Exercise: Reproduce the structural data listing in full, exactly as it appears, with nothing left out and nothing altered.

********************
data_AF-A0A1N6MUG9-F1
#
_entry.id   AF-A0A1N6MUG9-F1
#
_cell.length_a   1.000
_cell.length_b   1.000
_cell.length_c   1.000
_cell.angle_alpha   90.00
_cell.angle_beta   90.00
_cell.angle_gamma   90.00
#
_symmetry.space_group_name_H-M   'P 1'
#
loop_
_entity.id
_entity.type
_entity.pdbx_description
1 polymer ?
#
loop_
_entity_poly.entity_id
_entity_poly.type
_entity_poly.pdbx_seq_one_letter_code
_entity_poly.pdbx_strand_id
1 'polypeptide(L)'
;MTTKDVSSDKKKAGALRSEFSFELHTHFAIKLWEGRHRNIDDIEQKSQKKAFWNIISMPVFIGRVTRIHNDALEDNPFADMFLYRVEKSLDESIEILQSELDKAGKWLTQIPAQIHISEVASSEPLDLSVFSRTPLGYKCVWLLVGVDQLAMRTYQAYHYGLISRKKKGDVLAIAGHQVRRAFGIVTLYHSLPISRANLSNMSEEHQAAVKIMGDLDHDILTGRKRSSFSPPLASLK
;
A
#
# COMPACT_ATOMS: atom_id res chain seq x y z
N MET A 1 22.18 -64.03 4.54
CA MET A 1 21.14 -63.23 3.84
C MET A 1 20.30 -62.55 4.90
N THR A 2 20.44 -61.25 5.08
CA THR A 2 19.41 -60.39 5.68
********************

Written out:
data_AF-A0A1N6MUG9-F1
#
_entry.id   AF-A0A1N6MUG9-F1
#
_cell.length_a   1.000
_cell.length_b   1.000
_cell.length_c   1.000
_cell.angle_alpha   90.00
_cell.angle_beta   90.00
_cell.angle_gamma   90.00
#
_symmetry.space_group_name_H-M   'P 1'
#
loop_
_entity.id
_entity.type
_entity.pdbx_description
1 polymer ?
#
loop_
_entity_poly.entity_id
_entity_poly.type
_entity_poly.pdbx_seq_one_letter_code
_entity_poly.pdbx_strand_id
1 'polypeptide(L)'
;MTTKDVSSDKKKAGALRSEFSFELHTHFAIKLWEGRHRNIDDIEQKSQKKAFWNIISMPVFIGRVTRIHNDALEDNPFADMFLYRVEKSLDESIEILQSELDKAGKWLTQIPAQIHISEVASSEPLDLSVFSRTPLGYKCVWLLVGVDQLAMRTYQAYHYGLISRKKKGDVLAIAGHQVRRAFGIVTLYHSLPISRANLSNMSEEHQAAVKIMGDLDHDILTGRKRSSFSPPLASLK
;
A
#
# COMPACT_ATOMS: atom_id res chain seq x y z
N MET A 1 22.18 -64.03 4.54
CA MET A 1 21.14 -63.23 3.84
C MET A 1 20.30 -62.55 4.90
N THR A 2 20.44 -61.25 5.08
CA THR A 2 19.41 -60.39 5.68